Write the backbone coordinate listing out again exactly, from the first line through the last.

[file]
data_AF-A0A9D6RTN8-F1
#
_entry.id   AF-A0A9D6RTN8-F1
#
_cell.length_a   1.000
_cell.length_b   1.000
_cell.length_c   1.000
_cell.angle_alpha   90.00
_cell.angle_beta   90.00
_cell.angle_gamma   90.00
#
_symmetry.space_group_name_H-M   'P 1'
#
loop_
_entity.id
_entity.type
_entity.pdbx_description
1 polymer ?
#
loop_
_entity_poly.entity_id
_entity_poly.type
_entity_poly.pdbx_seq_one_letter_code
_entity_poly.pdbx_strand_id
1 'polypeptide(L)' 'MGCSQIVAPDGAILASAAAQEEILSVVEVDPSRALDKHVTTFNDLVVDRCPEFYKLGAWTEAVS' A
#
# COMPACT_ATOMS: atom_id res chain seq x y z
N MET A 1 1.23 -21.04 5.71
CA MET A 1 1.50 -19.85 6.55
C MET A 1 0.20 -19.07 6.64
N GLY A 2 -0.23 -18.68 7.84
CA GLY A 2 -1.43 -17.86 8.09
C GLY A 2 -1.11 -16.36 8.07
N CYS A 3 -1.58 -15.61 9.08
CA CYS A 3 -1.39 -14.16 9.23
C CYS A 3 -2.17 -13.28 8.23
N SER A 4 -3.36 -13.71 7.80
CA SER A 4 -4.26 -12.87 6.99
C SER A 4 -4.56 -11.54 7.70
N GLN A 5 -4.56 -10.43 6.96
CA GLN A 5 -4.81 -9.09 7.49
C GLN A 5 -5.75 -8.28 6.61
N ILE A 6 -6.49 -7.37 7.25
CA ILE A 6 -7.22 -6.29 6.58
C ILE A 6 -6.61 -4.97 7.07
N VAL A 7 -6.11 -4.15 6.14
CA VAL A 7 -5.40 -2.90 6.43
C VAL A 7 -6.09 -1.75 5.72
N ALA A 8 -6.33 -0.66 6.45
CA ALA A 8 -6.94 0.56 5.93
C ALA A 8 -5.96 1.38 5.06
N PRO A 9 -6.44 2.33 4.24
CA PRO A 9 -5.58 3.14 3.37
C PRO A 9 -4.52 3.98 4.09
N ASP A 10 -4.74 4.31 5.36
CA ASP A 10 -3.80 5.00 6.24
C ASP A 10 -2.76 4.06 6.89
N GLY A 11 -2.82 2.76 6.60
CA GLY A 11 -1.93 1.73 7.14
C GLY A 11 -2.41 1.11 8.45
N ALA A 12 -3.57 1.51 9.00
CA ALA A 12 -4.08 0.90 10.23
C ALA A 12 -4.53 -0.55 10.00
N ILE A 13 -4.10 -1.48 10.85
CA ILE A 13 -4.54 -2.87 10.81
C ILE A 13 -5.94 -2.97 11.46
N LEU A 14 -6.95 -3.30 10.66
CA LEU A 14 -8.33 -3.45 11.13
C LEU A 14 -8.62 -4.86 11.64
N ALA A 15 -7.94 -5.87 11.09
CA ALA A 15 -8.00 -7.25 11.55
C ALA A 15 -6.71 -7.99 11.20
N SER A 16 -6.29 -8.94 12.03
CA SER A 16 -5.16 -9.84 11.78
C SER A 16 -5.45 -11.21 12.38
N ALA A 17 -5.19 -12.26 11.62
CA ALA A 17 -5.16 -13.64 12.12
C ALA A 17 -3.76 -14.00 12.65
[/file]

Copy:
data_AF-A0A9D6RTN8-F1
#
_entry.id   AF-A0A9D6RTN8-F1
#
_cell.length_a   1.000
_cell.length_b   1.000
_cell.length_c   1.000
_cell.angle_alpha   90.00
_cell.angle_beta   90.00
_cell.angle_gamma   90.00
#
_symmetry.space_group_name_H-M   'P 1'
#
loop_
_entity.id
_entity.type
_entity.pdbx_description
1 polymer ?
#
loop_
_entity_poly.entity_id
_entity_poly.type
_entity_poly.pdbx_seq_one_letter_code
_entity_poly.pdbx_strand_id
1 'polypeptide(L)' 'MGCSQIVAPDGAILASAAAQEEILSVVEVDPSRALDKHVTTFNDLVVDRCPEFYKLGAWTEAVS' A
#
# COMPACT_ATOMS: atom_id res chain seq x y z
N MET A 1 1.23 -21.04 5.71
CA MET A 1 1.50 -19.85 6.55
C MET A 1 0.20 -19.07 6.64
N GLY A 2 -0.23 -18.68 7.84
CA GLY A 2 -1.43 -17.86 8.09
C GLY A 2 -1.11 -16.36 8.07
N CYS A 3 -1.58 -15.61 9.08
CA CYS A 3 -1.39 -14.16 9.23
C CYS A 3 -2.17 -13.28 8.23
N SER A 4 -3.36 -13.71 7.80
CA SER A 4 -4.26 -12.87 6.99
C SER A 4 -4.56 -11.54 7.70
N GLN A 5 -4.56 -10.43 6.96
CA GLN A 5 -4.81 -9.09 7.49
C GLN A 5 -5.75 -8.28 6.61
N ILE A 6 -6.49 -7.37 7.25
CA ILE A 6 -7.22 -6.29 6.58
C ILE A 6 -6.61 -4.97 7.07
N VAL A 7 -6.11 -4.15 6.14
CA VAL A 7 -5.40 -2.90 6.43
C VAL A 7 -6.09 -1.75 5.72
N ALA A 8 -6.33 -0.66 6.45
CA ALA A 8 -6.94 0.56 5.93
C ALA A 8 -5.96 1.38 5.06
N PRO A 9 -6.44 2.33 4.24
CA PRO A 9 -5.58 3.14 3.37
C PRO A 9 -4.52 3.98 4.09
N ASP A 10 -4.74 4.31 5.36
CA ASP A 10 -3.80 5.00 6.24
C ASP A 10 -2.76 4.06 6.89
N GLY A 11 -2.82 2.76 6.60
CA GLY A 11 -1.93 1.73 7.14
C GLY A 11 -2.41 1.11 8.45
N ALA A 12 -3.57 1.51 9.00
CA ALA A 12 -4.08 0.90 10.23
C ALA A 12 -4.53 -0.55 10.00
N ILE A 13 -4.10 -1.48 10.85
CA ILE A 13 -4.54 -2.87 10.81
C ILE A 13 -5.94 -2.97 11.46
N LEU A 14 -6.95 -3.30 10.66
CA LEU A 14 -8.33 -3.45 11.13
C LEU A 14 -8.62 -4.86 11.64
N ALA A 15 -7.94 -5.87 11.09
CA ALA A 15 -8.00 -7.25 11.55
C ALA A 15 -6.71 -7.99 11.20
N SER A 16 -6.29 -8.94 12.03
CA SER A 16 -5.16 -9.84 11.78
C SER A 16 -5.45 -11.21 12.38
N ALA A 17 -5.19 -12.26 11.62
CA ALA A 17 -5.16 -13.64 12.12
C ALA A 17 -3.76 -14.00 12.65